My inaugural VGMusings is about one of my all-time favorite arrange albums, the Ace Attorney Jazz Album, called “Gyakuten Meets Jazz Soul” or “Turnabout Meets Jazz Soul”. The Ace Attorney series not only has great music but just great sound design all around. And this album proudly shows it.
Instead of being an arrange album that “plays it straight” by maintaining the same genre and tempo, and merely actualizing the real instruments that the original songs inferred, Gyakuten Meets Jazz Soul drastically changes the style and mood of the songs. In parts it’s following the original song’s melody and structure, and then in other parts it’s improvising (a necessary part of Jazz in general), and then swinging back and forth between these two states. Some songs sound so drastically different from the original that they become unrecognizable, specifically the Steel Samurai theme. The original is an upbeat, heroic theme song, very fitting for a superhero show made for kids. Here, it’s just a complete opposite. It’s slow and more somber. Some of the other songs sound much more faithful to the original, like Godot’s theme “The Aroma Of Black Coffee”. Though that’s not surprising considering the original was itself a Jazzy tune.
(And now this is the part where I just fill space by reading off of VGMdb.net)
The Album was arranged by Noriyuki Iwadare (VGMdb page here), who composed for Ace Attorney Trails and Tribulations (Gyakuten Saiban 3), Ace Attorney Investigations (Gyaktuen Kenji), and the Japan-only Gyakuten Kenji 2. He’s also returning for Ace Attorney 5: Dual Destinies, which is sounding great so far. Before the Ace Attorney games, he composed for the Lunar & Grandia RPG games for Game Arts, and the Lagrisser tactical RPG games for Career Soft (This blog post expands on that part of his history pretty neatly). He arranged for a host of games, from Afterburner to Fire Pro Wrestling to Devil Crush & Alien Crush. He also contributed to a lot of “Omnibus” soundtracks featuring a host of famous VGM composers (like Kid Icarus: Uprising or many CAVE Shooters).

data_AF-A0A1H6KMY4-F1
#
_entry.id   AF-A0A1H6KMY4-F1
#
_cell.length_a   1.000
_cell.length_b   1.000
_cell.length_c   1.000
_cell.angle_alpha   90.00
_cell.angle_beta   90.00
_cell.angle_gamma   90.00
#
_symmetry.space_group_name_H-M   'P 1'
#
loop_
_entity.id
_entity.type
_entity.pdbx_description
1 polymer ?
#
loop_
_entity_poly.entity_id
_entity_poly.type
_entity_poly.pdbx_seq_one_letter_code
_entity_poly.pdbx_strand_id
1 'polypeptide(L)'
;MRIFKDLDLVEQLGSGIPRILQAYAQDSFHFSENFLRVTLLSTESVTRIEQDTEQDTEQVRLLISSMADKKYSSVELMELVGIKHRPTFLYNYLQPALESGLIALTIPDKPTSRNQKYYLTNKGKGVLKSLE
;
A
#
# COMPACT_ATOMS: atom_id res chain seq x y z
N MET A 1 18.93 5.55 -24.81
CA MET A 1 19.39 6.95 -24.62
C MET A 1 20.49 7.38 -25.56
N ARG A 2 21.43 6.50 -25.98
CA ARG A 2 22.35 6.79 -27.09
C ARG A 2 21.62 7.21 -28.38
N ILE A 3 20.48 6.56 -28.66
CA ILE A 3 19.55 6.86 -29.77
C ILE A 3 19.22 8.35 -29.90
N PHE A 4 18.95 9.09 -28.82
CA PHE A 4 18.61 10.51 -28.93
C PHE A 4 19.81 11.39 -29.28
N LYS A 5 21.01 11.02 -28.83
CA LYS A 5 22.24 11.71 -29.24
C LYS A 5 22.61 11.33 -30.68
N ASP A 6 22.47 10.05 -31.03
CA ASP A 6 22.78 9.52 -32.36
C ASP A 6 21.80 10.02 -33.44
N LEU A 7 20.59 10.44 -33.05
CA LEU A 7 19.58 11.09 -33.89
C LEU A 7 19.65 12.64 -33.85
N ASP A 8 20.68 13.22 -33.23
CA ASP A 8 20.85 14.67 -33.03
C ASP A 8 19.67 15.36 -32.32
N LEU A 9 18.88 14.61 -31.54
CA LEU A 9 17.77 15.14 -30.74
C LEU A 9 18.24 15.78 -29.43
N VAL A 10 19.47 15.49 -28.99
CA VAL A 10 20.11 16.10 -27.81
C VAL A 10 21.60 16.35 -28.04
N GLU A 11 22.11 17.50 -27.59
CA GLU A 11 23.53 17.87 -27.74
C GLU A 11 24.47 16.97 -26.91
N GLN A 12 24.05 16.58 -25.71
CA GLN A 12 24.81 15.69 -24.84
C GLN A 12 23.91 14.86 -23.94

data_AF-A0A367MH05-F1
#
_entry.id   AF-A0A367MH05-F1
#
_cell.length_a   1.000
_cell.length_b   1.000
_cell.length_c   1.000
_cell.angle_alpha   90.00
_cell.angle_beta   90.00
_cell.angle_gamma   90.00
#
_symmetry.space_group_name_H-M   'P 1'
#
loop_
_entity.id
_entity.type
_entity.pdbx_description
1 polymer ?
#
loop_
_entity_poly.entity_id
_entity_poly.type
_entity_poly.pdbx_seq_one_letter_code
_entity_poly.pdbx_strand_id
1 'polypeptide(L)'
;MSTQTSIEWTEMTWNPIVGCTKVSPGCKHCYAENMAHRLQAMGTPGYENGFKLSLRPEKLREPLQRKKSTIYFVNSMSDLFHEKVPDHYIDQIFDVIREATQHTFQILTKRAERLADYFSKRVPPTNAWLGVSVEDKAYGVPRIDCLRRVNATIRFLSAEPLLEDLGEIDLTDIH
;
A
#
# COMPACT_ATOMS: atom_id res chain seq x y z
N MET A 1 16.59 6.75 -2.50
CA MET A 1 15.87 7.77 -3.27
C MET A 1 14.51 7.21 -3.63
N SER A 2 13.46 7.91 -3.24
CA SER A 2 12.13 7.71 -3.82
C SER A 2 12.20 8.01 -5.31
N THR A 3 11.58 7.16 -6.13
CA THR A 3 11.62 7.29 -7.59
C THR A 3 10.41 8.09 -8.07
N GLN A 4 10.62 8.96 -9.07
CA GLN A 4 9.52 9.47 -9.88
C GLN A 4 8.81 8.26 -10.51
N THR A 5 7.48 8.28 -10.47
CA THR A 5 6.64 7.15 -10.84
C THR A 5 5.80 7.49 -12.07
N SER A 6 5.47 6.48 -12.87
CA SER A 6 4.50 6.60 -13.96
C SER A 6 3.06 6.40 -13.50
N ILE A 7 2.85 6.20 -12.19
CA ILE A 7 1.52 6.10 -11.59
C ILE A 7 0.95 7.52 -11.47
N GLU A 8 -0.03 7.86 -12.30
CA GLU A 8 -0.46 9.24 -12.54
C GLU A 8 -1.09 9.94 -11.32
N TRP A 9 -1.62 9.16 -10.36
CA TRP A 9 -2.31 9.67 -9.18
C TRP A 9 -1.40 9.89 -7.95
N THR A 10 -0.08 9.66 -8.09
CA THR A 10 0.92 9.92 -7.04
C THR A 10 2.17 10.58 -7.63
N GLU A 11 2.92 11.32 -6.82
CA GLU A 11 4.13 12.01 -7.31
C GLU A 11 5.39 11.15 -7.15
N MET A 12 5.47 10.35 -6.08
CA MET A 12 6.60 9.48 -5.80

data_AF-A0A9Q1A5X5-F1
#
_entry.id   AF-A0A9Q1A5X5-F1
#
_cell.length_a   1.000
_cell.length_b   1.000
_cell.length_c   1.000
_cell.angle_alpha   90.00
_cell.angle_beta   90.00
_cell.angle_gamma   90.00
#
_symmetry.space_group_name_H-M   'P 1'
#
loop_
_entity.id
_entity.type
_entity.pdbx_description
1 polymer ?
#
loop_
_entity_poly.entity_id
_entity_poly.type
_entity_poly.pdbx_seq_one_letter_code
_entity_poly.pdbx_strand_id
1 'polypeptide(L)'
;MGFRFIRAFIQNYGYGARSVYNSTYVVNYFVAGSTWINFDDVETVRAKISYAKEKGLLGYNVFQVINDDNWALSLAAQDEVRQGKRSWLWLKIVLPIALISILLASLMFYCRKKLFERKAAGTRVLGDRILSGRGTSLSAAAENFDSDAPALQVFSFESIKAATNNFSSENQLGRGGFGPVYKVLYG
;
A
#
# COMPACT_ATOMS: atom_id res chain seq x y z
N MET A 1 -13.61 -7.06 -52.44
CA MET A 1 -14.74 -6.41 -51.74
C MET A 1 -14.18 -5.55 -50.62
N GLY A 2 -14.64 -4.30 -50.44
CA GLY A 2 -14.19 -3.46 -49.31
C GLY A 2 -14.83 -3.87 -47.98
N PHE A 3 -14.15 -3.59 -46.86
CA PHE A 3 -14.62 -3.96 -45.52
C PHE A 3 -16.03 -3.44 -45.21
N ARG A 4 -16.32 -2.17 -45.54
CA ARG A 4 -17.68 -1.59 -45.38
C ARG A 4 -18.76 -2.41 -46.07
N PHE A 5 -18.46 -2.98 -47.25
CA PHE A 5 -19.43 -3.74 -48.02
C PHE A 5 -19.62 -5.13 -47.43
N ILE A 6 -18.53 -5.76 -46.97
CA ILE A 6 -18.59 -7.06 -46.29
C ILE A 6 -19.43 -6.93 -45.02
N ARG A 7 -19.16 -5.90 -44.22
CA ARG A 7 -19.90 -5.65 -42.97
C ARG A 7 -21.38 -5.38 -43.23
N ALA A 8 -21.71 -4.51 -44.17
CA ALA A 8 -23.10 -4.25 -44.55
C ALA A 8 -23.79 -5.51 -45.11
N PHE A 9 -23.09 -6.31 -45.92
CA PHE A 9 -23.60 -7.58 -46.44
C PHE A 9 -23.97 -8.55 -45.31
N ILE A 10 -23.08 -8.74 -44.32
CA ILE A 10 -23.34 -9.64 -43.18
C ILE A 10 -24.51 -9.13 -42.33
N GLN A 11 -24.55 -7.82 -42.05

The music was performed by Metamorphosis Jazztet (sometimes incorrectly translated as Metamorphosis Jazz Band). They are a long-running prominent Taiwanese Jazz band, having started in the late ’90s and are still active, playing in concerts and other live gigs. This Taipei Times interview with them back in 2001 is a great introductory piece about the band and about the Jazz scene in Taiwan and Asia. And here is the discography of the band and some of its members’ solo projects, though none seem to be on iTunes or other digital music services. They also have an official website, though seems it hasn’t been updated for a while now.